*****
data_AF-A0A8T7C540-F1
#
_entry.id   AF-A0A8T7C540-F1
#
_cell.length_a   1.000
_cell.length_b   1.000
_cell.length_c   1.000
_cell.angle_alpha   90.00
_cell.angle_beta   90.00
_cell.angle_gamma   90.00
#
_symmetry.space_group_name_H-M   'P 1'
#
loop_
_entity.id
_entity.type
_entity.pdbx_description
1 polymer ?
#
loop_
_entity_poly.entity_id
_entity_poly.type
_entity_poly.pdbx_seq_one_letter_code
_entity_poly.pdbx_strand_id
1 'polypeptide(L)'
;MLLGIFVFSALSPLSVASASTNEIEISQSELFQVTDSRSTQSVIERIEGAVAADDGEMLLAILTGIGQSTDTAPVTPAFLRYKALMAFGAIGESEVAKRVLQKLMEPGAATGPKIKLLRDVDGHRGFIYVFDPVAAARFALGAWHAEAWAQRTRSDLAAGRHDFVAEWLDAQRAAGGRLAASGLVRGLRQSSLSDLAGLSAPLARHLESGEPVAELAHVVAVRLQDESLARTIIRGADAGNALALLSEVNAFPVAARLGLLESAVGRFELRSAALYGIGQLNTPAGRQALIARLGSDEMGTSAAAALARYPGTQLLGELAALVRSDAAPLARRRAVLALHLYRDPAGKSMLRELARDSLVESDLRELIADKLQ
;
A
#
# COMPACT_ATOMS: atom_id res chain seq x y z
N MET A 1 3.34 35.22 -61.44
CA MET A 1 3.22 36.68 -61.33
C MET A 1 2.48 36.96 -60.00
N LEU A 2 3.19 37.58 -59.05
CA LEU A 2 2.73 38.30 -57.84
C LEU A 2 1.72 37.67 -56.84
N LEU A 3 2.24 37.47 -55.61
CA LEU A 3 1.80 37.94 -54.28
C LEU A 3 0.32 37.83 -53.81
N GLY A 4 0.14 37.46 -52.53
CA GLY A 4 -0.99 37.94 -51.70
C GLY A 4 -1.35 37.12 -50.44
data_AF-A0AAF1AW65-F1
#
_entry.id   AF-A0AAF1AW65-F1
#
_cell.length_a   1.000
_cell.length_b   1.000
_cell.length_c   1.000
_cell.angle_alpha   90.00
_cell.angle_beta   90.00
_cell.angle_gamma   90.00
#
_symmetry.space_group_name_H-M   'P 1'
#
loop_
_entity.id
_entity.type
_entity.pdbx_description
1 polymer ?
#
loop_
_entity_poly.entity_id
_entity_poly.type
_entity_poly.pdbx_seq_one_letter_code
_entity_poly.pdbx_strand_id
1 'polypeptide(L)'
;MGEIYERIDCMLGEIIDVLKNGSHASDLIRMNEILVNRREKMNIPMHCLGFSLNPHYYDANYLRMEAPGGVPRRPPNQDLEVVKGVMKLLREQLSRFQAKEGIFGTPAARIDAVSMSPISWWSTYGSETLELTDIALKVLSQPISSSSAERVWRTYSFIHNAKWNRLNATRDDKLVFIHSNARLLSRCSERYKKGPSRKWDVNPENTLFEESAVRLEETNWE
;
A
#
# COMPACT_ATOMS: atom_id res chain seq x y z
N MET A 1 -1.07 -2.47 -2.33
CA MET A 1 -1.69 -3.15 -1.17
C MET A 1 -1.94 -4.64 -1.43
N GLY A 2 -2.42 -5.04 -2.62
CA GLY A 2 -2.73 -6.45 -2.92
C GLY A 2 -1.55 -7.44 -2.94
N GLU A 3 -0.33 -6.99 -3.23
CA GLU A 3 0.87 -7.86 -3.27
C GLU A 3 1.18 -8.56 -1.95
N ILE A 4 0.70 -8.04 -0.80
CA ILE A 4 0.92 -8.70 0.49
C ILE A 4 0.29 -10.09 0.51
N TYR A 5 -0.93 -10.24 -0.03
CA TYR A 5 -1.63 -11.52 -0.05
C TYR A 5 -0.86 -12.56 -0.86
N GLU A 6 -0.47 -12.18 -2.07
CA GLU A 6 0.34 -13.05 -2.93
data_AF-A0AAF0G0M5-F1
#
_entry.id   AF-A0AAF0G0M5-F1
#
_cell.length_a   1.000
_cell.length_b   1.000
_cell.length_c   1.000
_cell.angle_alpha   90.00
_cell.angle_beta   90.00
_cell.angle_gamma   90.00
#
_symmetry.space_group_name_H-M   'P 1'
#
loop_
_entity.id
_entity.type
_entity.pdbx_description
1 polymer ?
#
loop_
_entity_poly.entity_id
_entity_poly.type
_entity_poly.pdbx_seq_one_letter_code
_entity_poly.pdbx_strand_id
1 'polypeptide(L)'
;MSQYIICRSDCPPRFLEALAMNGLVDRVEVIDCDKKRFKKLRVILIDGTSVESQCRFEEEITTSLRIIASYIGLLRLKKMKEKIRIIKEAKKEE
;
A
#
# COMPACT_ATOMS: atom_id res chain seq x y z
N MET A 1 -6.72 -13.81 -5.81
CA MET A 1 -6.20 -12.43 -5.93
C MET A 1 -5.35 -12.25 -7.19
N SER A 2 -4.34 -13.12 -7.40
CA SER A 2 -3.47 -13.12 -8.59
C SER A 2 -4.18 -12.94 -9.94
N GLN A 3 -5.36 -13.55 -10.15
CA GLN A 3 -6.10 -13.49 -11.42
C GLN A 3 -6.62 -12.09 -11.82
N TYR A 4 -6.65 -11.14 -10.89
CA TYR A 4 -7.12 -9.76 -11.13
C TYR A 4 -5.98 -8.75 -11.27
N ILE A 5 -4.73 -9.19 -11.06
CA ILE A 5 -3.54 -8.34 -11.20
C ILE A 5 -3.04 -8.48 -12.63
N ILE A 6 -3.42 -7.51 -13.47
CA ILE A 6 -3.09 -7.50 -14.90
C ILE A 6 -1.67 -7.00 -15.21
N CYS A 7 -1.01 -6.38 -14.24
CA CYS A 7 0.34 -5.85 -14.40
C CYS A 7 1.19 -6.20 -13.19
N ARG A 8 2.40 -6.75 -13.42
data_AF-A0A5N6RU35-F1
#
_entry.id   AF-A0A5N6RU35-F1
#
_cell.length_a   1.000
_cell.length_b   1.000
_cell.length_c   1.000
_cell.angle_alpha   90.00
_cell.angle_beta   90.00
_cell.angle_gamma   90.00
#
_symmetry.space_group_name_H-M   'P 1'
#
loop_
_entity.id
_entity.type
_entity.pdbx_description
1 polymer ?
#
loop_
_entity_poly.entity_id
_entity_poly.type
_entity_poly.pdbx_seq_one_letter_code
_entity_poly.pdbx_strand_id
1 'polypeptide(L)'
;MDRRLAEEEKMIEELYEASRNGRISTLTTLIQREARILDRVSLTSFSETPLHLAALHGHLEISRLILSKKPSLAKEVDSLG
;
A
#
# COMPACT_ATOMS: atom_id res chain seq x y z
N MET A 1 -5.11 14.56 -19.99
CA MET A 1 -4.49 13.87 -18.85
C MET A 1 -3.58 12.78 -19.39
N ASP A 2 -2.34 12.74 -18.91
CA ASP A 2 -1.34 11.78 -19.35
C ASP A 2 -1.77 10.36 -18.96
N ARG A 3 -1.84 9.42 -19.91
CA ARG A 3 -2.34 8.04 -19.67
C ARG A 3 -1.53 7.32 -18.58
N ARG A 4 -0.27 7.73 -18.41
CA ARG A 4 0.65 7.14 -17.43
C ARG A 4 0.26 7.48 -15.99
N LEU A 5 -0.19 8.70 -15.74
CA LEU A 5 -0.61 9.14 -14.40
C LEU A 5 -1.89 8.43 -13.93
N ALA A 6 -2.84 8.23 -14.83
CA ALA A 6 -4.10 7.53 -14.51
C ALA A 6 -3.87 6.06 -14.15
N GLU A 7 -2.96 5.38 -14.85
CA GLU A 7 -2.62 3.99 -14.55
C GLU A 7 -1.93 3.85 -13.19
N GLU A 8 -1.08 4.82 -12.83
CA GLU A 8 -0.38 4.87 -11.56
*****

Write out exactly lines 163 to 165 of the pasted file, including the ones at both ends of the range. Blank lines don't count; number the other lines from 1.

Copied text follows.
_entity_poly.type
_entity_poly.pdbx_seq_one_letter_code
_entity_poly.pdbx_strand_id